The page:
The other difficult thing about the future: it’s not in our control. If I don’t go hunting, I know I won’t catch anything – but I still might not catch anything even if I do. And in practice often you want to ask what’ll happen because what you want isn’t happening (is making a real habit of not happening, in fact). So there’s an atmosphere of weary helplessness at that camp at the crossroads, and maybe letting the intention go starts to look possible, after all.
Then asking ‘What will happen?’ is still a way of creating a present stance: something to lend new shape and power to how you engage.
So… what to ask?
This seems a good moment to remember that the question we ask is important for us – so we know what we’re asking about and can listen better. The Yi will give us the answer we need anyway. So the distinction between ‘prediction questions’ and ‘advice questions’ has a lot to do with how we listen, and not much to do with what Yi can say.
Even then… recently I’ve done one reading where the person was asking ‘what will happen?’ but received the answer as ‘how to be’ and one where the person was asking ‘what to do?’ but received the answer as both advice and ‘what will happen’. And both did unquestionably receive the answer: these were readings that ‘landed’ – unlike that early effort with the woman who just wanted to know if it would ever happen.
My mistake there was to try to push her straight to ‘How can I?’ when she didn’t know whether she could at all, and had no way to bridge that gap between ‘if’ and ‘how’. The right response to all those problems with asking for a prediction isn’t to substitute a different, more proactive question, any more than a brisk jog is a good cure for a broken leg.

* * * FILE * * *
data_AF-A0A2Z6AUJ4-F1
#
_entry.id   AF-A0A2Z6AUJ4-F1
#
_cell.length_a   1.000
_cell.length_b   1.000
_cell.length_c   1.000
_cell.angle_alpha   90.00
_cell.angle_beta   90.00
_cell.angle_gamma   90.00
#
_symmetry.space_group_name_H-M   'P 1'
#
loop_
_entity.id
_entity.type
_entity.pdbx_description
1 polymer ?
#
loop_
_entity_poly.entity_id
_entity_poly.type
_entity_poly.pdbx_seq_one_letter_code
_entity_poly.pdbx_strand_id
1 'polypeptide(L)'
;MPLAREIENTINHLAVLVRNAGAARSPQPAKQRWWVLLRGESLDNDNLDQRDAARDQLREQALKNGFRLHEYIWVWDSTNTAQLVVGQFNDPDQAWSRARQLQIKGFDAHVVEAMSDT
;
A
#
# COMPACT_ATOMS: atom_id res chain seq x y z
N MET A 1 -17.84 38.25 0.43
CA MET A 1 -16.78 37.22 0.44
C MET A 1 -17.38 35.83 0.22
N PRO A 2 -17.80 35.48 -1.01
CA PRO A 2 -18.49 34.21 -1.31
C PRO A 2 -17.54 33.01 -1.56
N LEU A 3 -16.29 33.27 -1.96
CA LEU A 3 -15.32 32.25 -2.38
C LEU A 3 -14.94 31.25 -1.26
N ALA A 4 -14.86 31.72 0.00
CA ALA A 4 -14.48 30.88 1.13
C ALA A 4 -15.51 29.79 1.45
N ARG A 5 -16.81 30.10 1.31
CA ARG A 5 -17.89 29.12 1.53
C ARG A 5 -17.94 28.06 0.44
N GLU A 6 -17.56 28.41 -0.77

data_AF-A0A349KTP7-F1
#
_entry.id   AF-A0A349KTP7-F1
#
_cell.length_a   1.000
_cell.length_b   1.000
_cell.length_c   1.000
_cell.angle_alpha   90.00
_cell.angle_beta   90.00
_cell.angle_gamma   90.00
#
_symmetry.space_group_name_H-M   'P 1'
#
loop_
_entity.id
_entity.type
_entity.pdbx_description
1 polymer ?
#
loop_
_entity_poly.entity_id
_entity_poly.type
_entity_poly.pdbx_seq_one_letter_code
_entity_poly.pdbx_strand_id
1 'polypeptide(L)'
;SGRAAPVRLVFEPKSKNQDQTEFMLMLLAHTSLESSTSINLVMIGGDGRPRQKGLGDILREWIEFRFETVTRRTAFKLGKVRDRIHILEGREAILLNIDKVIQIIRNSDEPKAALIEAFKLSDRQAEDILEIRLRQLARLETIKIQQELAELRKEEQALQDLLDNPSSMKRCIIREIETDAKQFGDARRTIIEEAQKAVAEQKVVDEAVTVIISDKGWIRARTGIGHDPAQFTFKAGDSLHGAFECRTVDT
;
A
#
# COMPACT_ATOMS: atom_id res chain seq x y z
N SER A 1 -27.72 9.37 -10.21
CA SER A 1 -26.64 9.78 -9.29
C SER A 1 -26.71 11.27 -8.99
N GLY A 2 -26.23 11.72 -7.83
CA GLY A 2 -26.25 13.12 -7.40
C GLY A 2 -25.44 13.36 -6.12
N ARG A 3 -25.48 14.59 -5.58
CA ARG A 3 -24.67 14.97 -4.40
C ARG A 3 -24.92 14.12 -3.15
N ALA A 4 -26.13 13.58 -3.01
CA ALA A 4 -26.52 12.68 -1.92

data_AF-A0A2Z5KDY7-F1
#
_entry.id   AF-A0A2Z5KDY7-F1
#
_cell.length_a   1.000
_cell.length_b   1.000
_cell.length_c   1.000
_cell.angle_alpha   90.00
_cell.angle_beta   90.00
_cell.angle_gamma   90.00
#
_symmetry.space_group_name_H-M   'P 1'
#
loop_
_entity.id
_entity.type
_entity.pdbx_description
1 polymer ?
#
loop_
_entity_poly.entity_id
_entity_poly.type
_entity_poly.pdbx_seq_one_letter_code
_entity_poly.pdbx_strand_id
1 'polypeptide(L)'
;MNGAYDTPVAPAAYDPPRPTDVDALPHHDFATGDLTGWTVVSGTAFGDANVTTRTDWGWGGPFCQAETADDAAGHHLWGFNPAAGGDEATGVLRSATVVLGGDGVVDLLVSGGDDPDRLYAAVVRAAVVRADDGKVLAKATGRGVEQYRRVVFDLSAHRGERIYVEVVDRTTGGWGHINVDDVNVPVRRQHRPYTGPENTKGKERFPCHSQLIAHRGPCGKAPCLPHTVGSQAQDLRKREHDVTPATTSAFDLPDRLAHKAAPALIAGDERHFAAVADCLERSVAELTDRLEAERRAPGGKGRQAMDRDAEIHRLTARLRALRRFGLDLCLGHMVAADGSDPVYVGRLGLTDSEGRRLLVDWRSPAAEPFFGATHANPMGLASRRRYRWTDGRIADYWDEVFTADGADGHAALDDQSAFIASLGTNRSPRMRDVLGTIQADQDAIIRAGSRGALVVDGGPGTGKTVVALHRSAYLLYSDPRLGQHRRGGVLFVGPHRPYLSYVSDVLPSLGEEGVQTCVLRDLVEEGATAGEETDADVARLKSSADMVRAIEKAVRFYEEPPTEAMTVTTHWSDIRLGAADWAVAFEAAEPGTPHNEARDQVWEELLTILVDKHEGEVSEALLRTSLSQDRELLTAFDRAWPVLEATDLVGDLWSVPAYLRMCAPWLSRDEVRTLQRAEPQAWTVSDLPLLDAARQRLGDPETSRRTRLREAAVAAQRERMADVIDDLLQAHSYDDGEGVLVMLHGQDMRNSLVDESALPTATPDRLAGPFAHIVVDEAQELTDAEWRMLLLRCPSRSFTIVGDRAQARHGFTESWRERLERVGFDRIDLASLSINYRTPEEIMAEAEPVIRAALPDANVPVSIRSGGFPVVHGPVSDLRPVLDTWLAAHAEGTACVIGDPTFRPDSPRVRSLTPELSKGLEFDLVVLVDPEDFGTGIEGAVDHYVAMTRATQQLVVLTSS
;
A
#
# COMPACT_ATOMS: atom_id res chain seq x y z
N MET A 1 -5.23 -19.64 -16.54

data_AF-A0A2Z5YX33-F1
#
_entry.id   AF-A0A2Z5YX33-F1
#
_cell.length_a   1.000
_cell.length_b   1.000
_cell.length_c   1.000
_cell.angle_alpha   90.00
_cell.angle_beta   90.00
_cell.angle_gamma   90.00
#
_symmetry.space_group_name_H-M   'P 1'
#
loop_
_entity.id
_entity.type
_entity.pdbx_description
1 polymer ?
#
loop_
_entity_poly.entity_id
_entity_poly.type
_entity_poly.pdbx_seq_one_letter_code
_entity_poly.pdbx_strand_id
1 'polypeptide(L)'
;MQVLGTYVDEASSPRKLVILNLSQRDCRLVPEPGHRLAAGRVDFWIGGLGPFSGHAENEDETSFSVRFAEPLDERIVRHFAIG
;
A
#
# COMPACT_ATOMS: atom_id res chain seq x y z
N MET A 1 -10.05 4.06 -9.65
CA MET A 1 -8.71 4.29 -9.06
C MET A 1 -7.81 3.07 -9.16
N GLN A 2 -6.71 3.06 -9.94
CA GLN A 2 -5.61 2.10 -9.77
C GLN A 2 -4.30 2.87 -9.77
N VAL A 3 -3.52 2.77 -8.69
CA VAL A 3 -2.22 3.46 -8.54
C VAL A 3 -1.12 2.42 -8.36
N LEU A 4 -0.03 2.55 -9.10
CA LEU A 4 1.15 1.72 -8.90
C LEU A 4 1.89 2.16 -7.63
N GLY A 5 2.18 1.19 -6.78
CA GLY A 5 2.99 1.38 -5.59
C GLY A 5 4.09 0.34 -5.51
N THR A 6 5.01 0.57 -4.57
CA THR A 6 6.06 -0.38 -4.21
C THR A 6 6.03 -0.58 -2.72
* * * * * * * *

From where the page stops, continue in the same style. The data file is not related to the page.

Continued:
Also, at the opposite extreme, there can be a certain arrogance behind ‘How can I?’ – insisting that the universe dispense the required answer, regardless of what’s real. (A wise friend once described this as treating Yi as a mail-order catalogue.) Such questions can be every bit as disconnected as ‘what will happen?’
Yet it’s still good to question the impulse to ask for a prediction. Perhaps there’s a simpler question behind it about how to be, now. Or perhaps a fog of insecurity is obscuring direct experience: ‘I can’t let myself want this until I know for sure I can have it.’ There’s a tremendously fine, grey line, though, between that and ‘I’ll be able to invest in this once I can see it’s possible for me’ – between postponing life until we know for sure, and being able to believe – or suspend disbelief.
There isn’t a right question, or even a better question. But in each case there’s an honest question that allows the fullest engagement with life, and that – I think – would be the one to ask.
(Note: a reading behind much of this article:
Question: ‘Yi, why do we ask for predictions?’
Answer: Hexagram 45, unchanging.)